[The following review contains SPOILERS; YOU HAVE BEEN WARNED!]
When I first discovered the existence of Banmei Takahashi’s Door earlier this year (via various clips shared by fan accounts on Twitter), it was love at first sight. Luckily, while the movie currently lacks official distribution in the United States, I didn’t need to wait very long at all to see it (compared to Angel’s Egg, A Page of Madness, and Samurai Wolf, anyway) thanks to the Brooklyn Horror Film Festival, which screened it just before midnight on Friday, October 13th—basically the ideal context in which to experience its unique brand of madness.
The premise is as brilliant as it is straightforward: an ordinary housewife—already fed up with cold callers and their seemingly unlimited access to her family’s personal information—aggressively turns away an especially persistent salesman, slamming the door on his fingers after he ignores her repeated protests and attempts to force his way into her apartment. Unfortunately, this moment of instinctive panic has severe repercussions, resulting in an excruciatingly tense game of cat-and-mouse as the slighted pamphlet pusher’s vengeful wrath gradually evolves into perverse sexual obsession.
It’s a captivatingly mundane flavor of terror, twisting a familiar, relatable scenario into an inescapable nightmare. There’s nothing particularly memorable or remarkable about the central villain. He has no elaborate costume or mask, no supernatural abilities or distinguishing features; unlike Jason Voorhees, Michael Myers, and Leatherface, he doesn’t even wield a signature weapon (though he is quite handy with the absurdly convenient electric chainsaw that he scavenges from the protagonist’s collection of otherwise run-of-the-mill home appliances). This anonymity is absolutely chilling; he effortlessly blends in with the crowd—average, unassuming, invisible. Indeed, his façade of superficial “normalcy” is far more insidious than any explicit display of insanity; he taunts his prey with idle banter, seamlessly transitioning between casual flirtation and thinly veiled threats.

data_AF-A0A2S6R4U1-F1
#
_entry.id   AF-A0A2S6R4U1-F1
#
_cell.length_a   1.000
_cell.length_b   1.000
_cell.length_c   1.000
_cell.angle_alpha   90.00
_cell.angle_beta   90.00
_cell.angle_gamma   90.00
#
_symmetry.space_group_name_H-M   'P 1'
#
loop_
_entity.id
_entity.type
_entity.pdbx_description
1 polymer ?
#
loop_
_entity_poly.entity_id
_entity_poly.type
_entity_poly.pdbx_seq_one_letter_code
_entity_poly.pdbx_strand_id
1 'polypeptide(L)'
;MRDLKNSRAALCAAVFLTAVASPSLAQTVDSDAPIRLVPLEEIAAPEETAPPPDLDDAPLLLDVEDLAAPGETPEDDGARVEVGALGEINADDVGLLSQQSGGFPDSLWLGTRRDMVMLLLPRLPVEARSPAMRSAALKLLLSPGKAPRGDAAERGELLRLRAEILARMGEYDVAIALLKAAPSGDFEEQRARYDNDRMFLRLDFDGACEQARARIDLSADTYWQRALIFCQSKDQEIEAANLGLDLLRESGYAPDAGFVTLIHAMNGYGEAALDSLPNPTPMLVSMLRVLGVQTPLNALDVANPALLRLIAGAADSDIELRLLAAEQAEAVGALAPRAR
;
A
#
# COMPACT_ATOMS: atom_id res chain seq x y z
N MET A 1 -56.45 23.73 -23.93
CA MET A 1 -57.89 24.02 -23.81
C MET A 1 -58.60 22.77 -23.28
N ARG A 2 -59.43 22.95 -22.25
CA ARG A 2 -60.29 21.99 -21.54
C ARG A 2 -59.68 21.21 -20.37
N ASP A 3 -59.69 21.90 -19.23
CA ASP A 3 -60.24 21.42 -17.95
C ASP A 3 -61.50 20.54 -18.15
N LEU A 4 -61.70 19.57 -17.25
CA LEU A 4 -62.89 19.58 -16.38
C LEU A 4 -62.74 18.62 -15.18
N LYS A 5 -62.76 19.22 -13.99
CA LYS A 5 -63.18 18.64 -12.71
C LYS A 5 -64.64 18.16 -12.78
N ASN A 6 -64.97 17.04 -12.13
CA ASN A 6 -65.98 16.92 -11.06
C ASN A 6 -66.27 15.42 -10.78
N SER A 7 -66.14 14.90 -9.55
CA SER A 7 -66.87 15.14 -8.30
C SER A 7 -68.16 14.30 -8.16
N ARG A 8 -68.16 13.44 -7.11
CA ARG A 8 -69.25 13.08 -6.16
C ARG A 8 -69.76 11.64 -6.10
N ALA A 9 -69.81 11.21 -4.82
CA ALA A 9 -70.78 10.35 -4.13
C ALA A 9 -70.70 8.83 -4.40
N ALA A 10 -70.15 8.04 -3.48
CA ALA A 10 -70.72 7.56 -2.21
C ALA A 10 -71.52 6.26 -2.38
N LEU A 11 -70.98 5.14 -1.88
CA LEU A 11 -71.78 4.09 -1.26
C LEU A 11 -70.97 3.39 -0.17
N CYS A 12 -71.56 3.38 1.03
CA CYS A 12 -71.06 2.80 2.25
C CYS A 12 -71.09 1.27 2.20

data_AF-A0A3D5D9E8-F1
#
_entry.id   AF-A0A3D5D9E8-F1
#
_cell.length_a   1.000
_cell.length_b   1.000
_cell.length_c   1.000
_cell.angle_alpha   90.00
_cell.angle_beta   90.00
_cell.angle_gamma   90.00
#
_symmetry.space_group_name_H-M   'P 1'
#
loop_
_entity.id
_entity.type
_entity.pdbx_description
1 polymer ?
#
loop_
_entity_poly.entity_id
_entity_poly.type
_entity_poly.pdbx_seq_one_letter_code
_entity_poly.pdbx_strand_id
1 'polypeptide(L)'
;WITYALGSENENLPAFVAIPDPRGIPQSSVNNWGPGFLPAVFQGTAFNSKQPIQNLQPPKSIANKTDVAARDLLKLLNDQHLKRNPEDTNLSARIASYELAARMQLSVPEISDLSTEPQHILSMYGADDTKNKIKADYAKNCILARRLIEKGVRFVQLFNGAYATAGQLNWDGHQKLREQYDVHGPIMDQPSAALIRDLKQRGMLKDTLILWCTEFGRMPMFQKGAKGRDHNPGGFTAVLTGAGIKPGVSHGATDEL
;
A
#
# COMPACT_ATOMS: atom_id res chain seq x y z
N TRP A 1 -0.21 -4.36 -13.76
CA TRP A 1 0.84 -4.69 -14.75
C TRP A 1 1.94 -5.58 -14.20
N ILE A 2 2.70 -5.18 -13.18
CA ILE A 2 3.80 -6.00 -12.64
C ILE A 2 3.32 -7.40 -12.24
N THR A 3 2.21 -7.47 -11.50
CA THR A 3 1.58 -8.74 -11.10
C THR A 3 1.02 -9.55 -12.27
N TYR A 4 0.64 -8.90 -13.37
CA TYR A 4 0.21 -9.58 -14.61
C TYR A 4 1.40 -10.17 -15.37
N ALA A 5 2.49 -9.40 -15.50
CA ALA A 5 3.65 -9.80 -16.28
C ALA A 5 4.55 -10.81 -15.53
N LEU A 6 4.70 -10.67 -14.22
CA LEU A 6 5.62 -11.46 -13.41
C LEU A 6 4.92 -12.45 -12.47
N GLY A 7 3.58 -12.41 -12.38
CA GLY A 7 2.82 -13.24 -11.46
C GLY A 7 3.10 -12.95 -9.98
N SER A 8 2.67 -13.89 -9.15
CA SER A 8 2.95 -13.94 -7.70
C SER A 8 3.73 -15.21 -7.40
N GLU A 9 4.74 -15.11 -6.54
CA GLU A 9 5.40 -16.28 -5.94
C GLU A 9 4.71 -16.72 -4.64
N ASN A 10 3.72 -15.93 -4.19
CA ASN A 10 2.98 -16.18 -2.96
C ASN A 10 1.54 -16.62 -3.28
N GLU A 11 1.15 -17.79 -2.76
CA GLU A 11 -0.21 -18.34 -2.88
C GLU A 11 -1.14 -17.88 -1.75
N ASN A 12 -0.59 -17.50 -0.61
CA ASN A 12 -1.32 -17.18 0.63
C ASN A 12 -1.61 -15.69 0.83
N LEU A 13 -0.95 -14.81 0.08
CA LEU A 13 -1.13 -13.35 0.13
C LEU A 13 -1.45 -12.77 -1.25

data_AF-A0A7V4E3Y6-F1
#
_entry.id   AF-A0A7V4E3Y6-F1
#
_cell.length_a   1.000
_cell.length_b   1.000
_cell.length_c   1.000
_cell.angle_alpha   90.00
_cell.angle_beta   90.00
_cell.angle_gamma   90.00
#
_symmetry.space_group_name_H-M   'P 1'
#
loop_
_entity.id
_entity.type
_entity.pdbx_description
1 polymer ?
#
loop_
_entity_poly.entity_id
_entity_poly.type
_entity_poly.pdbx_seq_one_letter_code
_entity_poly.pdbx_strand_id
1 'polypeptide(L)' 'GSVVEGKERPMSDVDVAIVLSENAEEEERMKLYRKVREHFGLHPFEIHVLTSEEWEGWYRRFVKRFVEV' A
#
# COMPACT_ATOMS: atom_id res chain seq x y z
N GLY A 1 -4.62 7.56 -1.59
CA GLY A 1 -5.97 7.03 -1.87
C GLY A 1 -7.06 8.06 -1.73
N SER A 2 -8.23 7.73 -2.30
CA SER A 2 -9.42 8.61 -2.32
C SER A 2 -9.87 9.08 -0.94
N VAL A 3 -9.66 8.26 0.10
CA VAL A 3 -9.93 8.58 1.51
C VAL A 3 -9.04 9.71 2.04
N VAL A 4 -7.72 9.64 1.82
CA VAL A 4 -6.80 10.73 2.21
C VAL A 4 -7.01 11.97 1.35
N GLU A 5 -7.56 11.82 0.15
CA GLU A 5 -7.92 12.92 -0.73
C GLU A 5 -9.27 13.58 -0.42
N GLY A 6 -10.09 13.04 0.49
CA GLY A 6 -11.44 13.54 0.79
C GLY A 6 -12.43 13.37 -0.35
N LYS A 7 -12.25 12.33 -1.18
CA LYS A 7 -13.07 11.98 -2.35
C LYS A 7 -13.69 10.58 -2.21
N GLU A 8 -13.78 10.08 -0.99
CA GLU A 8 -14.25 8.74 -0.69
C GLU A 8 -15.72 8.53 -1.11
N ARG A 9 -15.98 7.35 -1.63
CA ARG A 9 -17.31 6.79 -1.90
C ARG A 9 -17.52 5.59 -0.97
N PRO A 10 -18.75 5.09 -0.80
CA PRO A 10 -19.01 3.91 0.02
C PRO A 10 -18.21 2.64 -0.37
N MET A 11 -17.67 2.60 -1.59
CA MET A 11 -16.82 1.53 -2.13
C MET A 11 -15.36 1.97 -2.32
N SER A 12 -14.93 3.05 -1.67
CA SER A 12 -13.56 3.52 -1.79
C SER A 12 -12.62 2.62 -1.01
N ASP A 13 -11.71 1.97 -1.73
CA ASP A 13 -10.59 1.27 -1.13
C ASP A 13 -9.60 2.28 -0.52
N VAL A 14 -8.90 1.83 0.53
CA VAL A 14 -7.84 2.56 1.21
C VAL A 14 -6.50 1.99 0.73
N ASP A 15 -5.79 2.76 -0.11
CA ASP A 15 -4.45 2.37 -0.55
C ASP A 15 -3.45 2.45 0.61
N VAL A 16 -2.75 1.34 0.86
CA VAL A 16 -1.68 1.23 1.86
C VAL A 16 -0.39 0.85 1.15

The director’s visual style perfectly complements the suspenseful tone of the narrative. Early scenes almost resemble a slice-of-life domestic drama, characterized by flat compositions and lighting. As the conflict escalates, however, the warm, inviting interiors slowly warp and distort, becoming cramped, claustrophobic, hostile. Foreground elements (potted plants, sculptures, windows, doorways) isolate our heroine within the frame, emphasizing her vulnerability. Voyeuristic point-of-view shots serve a similar purpose, subliminally insinuating that true “safety” is an illusion: the sinister stalker could be lurking around any shadowy corner. The increasingly maximalist cinematography culminates in the film’s most iconic sequence: a prolonged overhead angle that follows the now totally unhinged maniac as he relentlessly pursues his quarry from room to room, utterly demolishing every obstacle in his path—splintering wood, shattering glass, and reducing drywall to dust.
Yet some of the movie’s most haunting images are significantly less spectacular than this climactic set piece. Takahashi understands the inherent value of patience, frequently locking down the camera and lingering on long, uninterrupted closeups of his lead actress simply reacting to suspicious offscreen noises—the echo of footsteps in the corridor, for example, or the telltale rattle of the deadbolt being tested. Keiko Takahashi’s face is breathtakingly expressive; her turbulent emotions are palpable, a violent maelstrom of anxiety, desperation, and paralyzing fear clearly evident in every twitch of her eye, every crease in her brow, every tear staining her cheek.
How thematically appropriate that Door—a story that explores such everyday horrors as rampant commercialism, predatory marketing, and the erosion of privacy—should be at its scariest when it embraces naturalism, minimalism, and subtlety.